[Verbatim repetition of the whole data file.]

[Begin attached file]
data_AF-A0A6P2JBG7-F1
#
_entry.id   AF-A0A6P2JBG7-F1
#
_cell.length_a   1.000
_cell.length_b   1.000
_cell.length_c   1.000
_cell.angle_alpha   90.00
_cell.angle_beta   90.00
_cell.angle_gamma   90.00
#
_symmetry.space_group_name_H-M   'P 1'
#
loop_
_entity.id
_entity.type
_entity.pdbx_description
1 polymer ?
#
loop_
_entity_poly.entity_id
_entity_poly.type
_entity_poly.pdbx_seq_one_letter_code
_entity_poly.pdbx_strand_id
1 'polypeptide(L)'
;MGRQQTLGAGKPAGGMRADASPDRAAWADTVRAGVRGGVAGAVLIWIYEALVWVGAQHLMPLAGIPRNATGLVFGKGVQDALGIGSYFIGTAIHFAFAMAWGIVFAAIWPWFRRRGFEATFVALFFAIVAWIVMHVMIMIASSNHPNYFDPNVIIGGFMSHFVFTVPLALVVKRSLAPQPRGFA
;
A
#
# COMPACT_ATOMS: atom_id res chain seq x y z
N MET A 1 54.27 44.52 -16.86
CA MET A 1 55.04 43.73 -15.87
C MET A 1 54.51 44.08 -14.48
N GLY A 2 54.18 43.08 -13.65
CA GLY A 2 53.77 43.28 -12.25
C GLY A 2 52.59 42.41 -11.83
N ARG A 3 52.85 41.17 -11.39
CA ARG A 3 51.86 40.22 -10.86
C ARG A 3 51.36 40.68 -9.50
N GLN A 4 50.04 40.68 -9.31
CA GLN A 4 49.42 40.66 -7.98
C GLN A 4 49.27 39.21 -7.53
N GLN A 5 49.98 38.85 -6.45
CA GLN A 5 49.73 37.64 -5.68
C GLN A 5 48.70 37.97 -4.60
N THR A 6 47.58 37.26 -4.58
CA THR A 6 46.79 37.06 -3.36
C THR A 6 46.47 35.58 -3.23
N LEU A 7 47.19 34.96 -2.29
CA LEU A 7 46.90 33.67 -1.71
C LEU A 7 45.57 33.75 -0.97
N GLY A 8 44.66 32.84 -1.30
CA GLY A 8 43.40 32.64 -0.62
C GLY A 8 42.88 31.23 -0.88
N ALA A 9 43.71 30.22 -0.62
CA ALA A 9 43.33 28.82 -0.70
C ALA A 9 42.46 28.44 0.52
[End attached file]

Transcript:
data_AF-A0A6P2JBG7-F1
#
_entry.id   AF-A0A6P2JBG7-F1
#
_cell.length_a   1.000
_cell.length_b   1.000
_cell.length_c   1.000
_cell.angle_alpha   90.00
_cell.angle_beta   90.00
_cell.angle_gamma   90.00
#
_symmetry.space_group_name_H-M   'P 1'
#
loop_
_entity.id
_entity.type
_entity.pdbx_description
1 polymer ?
#
loop_
_entity_poly.entity_id
_entity_poly.type
_entity_poly.pdbx_seq_one_letter_code
_entity_poly.pdbx_strand_id
1 'polypeptide(L)'
;MGRQQTLGAGKPAGGMRADASPDRAAWADTVRAGVRGGVAGAVLIWIYEALVWVGAQHLMPLAGIPRNATGLVFGKGVQDALGIGSYFIGTAIHFAFAMAWGIVFAAIWPWFRRRGFEATFVALFFAIVAWIVMHVMIMIASSNHPNYFDPNVIIGGFMSHFVFTVPLALVVKRSLAPQPRGFA
;
A
#
# COMPACT_ATOMS: atom_id res chain seq x y z
N MET A 1 54.27 44.52 -16.86
CA MET A 1 55.04 43.73 -15.87
C MET A 1 54.51 44.08 -14.48
N GLY A 2 54.18 43.08 -13.65
CA GLY A 2 53.77 43.28 -12.25
C GLY A 2 52.59 42.41 -11.83
N ARG A 3 52.85 41.17 -11.39
CA ARG A 3 51.86 40.22 -10.86
C ARG A 3 51.36 40.68 -9.50
N GLN A 4 50.04 40.68 -9.31
CA GLN A 4 49.42 40.66 -7.98
C GLN A 4 49.27 39.21 -7.53
N GLN A 5 49.98 38.85 -6.45
CA GLN A 5 49.73 37.64 -5.68
C GLN A 5 48.70 37.97 -4.60
N THR A 6 47.58 37.26 -4.58
CA THR A 6 46.79 37.06 -3.36
C THR A 6 46.47 35.58 -3.23
N LEU A 7 47.19 34.96 -2.29
CA LEU A 7 46.90 33.67 -1.71
C LEU A 7 45.57 33.75 -0.97
N GLY A 8 44.66 32.84 -1.30
CA GLY A 8 43.40 32.64 -0.62
C GLY A 8 42.88 31.23 -0.88
N ALA A 9 43.71 30.22 -0.62
CA ALA A 9 43.33 28.82 -0.70
C ALA A 9 42.46 28.44 0.52